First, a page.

To the Editor:
Earlier this week, I hosted a public forum with Nassau County Executive Tom Suozzi who explained the proposal from the New York State Commission on Property Tax Relief, which he chairs. The forum brought up many views: We heard from anti-tax groups, supporters of an income-tax based system of taxation, teachers’ union members, PTA representatives, business consortiums, and school boards. Needless to say, the opinions were wide-ranging.
We must act swiftly enacting legislation to begin the hard work to fundamentally change New York State’s property tax burden. The solution will help to keep people in New York, attract and keep more businesses in our state, and critically, make it easier for people to feel good about investing in quality education. This should not be a hard choice to make, but rather something that people understand will embellish their communities without compromising their livelihoods.
Having spent much time studying this issue from my position as Chairperson of the Assembly Committee on Real Property Taxation, including speaking with constituents and interest groups across the spectrum, I understand how complex property taxes are. Finding a solution will require a great deal of compromise, as well as some bold moves.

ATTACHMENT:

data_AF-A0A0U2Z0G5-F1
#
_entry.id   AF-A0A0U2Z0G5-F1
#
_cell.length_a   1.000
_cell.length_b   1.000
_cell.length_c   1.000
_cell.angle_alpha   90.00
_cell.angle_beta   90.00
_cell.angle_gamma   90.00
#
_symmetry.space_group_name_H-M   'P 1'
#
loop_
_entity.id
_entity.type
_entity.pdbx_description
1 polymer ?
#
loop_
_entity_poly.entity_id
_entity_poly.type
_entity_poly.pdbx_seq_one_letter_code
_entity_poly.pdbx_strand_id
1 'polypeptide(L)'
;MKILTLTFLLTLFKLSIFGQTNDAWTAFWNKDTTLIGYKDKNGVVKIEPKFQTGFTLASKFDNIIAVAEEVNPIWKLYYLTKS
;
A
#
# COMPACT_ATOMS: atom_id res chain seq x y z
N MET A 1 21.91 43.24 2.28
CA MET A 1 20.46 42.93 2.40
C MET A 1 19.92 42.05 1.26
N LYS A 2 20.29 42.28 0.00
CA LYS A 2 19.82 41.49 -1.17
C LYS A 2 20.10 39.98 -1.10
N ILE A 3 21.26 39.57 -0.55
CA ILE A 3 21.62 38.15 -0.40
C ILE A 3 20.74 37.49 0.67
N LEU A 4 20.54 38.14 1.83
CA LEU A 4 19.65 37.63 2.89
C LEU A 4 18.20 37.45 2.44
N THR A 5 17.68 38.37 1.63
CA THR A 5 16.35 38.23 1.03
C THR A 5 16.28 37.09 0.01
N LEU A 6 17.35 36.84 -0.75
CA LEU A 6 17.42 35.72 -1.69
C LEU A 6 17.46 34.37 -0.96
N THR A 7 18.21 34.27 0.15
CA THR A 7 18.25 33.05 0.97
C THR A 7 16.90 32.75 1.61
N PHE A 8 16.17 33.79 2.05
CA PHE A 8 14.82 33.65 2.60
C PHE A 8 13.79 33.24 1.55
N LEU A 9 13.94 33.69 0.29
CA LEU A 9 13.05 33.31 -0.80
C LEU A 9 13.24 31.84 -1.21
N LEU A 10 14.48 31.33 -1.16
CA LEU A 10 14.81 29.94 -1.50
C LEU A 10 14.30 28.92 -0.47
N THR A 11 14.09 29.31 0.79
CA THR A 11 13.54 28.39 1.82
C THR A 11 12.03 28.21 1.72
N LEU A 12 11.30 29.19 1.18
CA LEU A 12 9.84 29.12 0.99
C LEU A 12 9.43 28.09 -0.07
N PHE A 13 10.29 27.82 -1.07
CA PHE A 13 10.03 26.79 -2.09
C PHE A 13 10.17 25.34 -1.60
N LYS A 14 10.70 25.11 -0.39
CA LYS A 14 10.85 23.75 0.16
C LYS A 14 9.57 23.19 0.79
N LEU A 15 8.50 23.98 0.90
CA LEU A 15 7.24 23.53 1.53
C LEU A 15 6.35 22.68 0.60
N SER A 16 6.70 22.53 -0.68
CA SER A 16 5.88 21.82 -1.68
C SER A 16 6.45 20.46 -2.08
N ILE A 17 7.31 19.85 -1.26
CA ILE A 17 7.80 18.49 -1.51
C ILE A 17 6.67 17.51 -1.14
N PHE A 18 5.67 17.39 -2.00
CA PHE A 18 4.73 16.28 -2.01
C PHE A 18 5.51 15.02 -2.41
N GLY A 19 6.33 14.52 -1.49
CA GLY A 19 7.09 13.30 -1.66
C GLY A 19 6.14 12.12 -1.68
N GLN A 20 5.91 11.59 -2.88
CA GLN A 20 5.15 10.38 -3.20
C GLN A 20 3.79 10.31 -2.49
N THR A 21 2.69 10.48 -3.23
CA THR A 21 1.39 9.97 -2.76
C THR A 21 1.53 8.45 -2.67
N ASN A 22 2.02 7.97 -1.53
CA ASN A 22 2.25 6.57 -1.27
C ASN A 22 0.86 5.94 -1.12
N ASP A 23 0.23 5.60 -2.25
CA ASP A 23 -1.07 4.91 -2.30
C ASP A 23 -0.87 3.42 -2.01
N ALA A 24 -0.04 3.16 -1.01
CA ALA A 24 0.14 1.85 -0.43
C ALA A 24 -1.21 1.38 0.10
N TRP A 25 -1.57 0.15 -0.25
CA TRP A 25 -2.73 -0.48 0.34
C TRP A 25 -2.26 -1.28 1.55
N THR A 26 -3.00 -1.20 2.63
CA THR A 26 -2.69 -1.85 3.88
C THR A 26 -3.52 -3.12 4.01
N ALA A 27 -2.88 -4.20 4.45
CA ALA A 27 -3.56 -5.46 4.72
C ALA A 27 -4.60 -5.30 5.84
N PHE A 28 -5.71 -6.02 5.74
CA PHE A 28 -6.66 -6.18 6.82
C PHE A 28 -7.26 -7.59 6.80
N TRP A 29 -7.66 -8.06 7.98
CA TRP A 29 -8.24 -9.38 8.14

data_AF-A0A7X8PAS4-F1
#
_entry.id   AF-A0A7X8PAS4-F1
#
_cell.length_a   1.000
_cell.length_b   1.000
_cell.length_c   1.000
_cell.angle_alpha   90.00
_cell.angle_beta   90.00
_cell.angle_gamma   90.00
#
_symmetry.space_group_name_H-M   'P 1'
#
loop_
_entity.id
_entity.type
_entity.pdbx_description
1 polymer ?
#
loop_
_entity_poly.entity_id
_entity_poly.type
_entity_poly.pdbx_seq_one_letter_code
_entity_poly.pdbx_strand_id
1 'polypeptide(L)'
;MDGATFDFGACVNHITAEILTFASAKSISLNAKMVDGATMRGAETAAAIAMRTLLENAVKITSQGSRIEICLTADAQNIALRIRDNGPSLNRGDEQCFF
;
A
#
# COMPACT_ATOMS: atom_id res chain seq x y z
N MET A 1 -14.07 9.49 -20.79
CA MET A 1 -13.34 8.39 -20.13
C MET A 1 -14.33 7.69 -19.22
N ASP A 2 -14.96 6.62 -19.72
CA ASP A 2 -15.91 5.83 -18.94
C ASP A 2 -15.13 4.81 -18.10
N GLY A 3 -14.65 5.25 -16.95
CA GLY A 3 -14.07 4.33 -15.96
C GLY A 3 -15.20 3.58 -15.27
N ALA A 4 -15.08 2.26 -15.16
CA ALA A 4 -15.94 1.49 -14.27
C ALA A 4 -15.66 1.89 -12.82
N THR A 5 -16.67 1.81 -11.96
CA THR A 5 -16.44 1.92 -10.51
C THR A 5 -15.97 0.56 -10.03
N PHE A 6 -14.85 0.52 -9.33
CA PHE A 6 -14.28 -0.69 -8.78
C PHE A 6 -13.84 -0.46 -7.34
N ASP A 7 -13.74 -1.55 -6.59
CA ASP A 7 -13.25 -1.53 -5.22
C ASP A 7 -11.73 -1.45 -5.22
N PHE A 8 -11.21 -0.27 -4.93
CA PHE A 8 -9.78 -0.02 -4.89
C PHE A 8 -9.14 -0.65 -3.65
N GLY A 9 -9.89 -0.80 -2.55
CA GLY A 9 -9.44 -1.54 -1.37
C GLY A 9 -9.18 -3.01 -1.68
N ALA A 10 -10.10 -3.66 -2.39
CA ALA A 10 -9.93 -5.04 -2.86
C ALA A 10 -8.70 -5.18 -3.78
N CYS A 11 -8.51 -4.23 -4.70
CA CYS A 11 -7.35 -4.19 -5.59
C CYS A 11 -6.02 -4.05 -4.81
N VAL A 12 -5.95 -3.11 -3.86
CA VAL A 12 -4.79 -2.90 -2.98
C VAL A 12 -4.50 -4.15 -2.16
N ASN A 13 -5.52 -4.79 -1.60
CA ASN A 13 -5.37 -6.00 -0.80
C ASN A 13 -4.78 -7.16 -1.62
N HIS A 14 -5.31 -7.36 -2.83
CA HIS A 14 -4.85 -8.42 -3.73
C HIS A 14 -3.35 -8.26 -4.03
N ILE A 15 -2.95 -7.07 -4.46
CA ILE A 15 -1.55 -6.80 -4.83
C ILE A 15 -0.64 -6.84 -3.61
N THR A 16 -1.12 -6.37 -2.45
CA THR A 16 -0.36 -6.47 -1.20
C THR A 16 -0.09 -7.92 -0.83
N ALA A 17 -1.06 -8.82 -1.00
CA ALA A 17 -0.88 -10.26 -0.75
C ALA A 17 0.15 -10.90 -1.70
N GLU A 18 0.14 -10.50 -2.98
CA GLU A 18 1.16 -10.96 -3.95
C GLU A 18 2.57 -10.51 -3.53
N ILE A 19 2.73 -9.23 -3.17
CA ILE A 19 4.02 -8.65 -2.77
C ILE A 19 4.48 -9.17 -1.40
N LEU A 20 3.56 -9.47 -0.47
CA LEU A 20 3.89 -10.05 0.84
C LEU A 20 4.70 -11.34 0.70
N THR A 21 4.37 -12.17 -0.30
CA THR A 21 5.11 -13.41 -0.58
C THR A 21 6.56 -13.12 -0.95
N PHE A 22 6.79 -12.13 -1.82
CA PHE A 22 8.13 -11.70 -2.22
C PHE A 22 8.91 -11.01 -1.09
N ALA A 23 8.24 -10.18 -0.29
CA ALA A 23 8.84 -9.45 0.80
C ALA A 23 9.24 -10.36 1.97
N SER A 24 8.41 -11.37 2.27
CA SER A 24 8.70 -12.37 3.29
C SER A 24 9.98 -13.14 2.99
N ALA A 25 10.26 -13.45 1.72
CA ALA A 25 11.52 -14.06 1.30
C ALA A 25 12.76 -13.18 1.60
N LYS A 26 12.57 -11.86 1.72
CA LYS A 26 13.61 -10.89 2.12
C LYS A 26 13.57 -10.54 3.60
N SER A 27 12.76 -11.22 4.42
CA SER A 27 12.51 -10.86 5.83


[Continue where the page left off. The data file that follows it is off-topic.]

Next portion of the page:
I am strongly leaning toward supporting the Commission’s preliminary recommendations. I believe they are based on a true understanding of the difficult and complex issues we face in New York. A property tax cap would force us to make some tough decisions. My circuit breaker bill, (A.1575A/S.1053A) in conjunction with a tax cap that mirrors the consumer price index, accompanied by a complete look into reducing or eliminating unfunded mandates can turn our state economy around and start to undo some of the damage that has been done. Tom Suozzi put it well when he said, “The bottom line is people will always disagree, but the answer cannot be to do nothing. We have to solve this problem. To get something done is going to require compromise.”
I encourage everyone to voice their views and opinions. Many details have yet to be finalized. However, continuing the status quo is not the answer. We need to make changes to make our state more competitive and lower the tax burden for our residents. We must start our work now or we will never accomplish the task at hand.
Assembly Member, 90th AD